Adjustable-Rate Mortgage vs. a Fixed-Rate

Adjustable-Rate Mortgage vs. a Fixed-Rate

If you’re in the market for a home loan, you may be wondering about the difference between an adjustable-rate mortgage (ARM) and a fixed-rate mortgage.

In an ARM, the interest rate adjusts periodically, depending on the direction of interest rates. ARM interest rates are typically low for the initial period. After that, they go up or down, depending on the direction of rates. When you see information about an ARM, you will see the initial period first, followed by how often it can adjust after that. So when you see 3/1 or 5/1, you are being told that the initial interest rate will last for three years or five years, respectively, and can reset every year after that.

ARMs usually carry a cap beyond which the interest rates can’t rise.

A fixed-rate mortgage, on the other hand, always carries a fixed interest rate. If you sign the mortgage paperwork with a fixed rate of 4 percent, you will be paying 4 percent for the entire life of the loan.

Interest rates are important because they are a factor in how much a mortgage payment costs. The lower the interest rate, the lower your monthly cost.

Both ARM and fixed-rate mortgages have a standard loan term of 30 years.

Home mortgage borrowers should know that there are pros and cons to each kind of loan. Many of them depend on your circumstances.

Adjustable-Rate Mortgages

If you’re not sure about an ARM, here are a few scenarios to consider as you make your decision.


  1. If you plan to be in a home five years or less, ARMs can be your friend. Why? Because most ARMs come with an initial period of low interest rates. They don’t start rising for three, five or seven years. This means you will be paying a low interest rate as long as you are in the home.
  2. Your payment can fall if interest rates decline. In the 2008-2015 period, for example, interest rates trended pretty steadily downward. Holders of ARMs in that period didn’t need to do anything to make their payments fall — they did so automatically.
  3. If you will be in a home a short time and have an initial low interest rate ARM, you can save the money you would otherwise have spent on a fixed-interest rate mortgage with a higher rate.


  1. ARMs can end up costing you when interest rates rise. We are in a period of rising rates now. If you planned to move after five years and your plans change, you may receive a rude shock when the interest rate resets and suddenly you’re paying more. Homeowners interested in ARMs should make sure their budget could withstand the rise to the lifetime cap. Otherwise, they may end up with a mortgage they can’t pay.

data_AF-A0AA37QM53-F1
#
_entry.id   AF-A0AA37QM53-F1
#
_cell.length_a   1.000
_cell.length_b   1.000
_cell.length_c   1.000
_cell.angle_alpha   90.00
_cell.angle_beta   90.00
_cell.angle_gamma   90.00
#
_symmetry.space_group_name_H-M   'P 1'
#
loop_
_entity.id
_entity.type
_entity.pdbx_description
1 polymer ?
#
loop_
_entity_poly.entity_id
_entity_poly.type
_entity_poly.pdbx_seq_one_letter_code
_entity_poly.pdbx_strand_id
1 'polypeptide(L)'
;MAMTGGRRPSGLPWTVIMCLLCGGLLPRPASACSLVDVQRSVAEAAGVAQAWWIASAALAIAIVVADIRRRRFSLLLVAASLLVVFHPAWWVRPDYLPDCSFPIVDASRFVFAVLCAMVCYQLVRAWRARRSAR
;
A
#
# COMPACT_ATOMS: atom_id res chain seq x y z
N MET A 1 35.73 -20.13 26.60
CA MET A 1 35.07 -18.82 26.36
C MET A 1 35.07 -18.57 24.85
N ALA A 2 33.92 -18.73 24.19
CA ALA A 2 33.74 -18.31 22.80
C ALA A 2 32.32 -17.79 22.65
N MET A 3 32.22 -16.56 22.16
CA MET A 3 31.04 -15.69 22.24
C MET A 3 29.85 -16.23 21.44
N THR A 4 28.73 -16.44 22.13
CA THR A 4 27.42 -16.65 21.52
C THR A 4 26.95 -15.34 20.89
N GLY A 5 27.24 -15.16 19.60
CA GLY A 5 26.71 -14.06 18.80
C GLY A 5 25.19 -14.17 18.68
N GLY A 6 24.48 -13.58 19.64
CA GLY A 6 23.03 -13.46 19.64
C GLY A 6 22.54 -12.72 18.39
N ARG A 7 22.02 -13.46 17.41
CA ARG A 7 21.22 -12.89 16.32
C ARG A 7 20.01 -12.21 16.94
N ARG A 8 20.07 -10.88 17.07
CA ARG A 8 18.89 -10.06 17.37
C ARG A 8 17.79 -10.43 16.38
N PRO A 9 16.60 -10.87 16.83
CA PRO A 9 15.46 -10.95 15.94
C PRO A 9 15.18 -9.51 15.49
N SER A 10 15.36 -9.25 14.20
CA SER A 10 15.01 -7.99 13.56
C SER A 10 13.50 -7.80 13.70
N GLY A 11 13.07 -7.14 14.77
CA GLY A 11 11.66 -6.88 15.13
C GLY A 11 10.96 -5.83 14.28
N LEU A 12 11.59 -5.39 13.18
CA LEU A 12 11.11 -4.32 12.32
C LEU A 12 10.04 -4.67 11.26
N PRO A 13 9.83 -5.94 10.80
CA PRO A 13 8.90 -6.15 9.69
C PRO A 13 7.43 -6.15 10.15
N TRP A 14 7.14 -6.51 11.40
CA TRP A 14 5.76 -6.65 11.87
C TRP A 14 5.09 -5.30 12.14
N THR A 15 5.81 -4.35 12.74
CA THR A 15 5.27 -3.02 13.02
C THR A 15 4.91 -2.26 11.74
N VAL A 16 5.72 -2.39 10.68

2. Depending on the ARM terms, the climb in rates can be sudden. If there is a lifetime cap of 6 percent, for example, it doesn’t necessarily take place over the course of a lifetime. It can rise 6 percent in one year. So that low introductory rate of 3 percent in 2017 can become 9 percent in 2022. That’s a considerable rise in the monthly budget.
  3. ARMs are complicated to understand. The loan will be full of terms like lifetime cap, margins, initial rates and so on. They are more complicated than fixed-rate mortgages.

Fixed-Rate Mortgages

With a fixed rate mortgage, you’ll have more predictability — but you could be locked into a rate higher than the going market rates:


  1. If you get a fixed-rate mortgage, your mortgage rate is constant. There are no rude shocks ever, no matter what interest rates do. They can rise to 18 percent — which is historically extremely high — and you’d still be sitting pretty. Fixed-rate loans are best for people seeking financial stability and planning to stay in their home more than seven years.
  2. Because you pay a fixed amount, you will be able to plan monthly budgets much more effectively. ARMs rely on how much interest rates rise or fall, which is difficult, if not impossible, to predict. Your mortgage budget will always be predictable with a fixed rate.
  3. If you lock in a fixed-rate mortgage when mortgage rates are low, your housing payments will be very low as long as you live in the home. This protects you from housing payment fluctuation. Unlike renters or ARM holders, no one can raise your mortgage.


  1. The drawback to fixed-rate loans is that they aren’t flexible. There is no introductory rate that allows new home owners to pay less the first three or five years.
  2. If you buy a home in a period of falling rates, your fixed-rate loan might become a relatively high interest-rate loan, given the environment. While they can be refinanced, it is expensive to do so. Many lenders charge points and fees to refinance.
  3. Some fixed-rate mortgages can’t be paid off quicker than the term, or can only be paid off with a penalty. Be sure to read the fine print to make sure that there is no penalty for pre-payment.

Choosing between an ARM and a fixed-rate home loan can be daunting. The best choice depends on your circumstances. Be sure to consider the pros and cons carefully.

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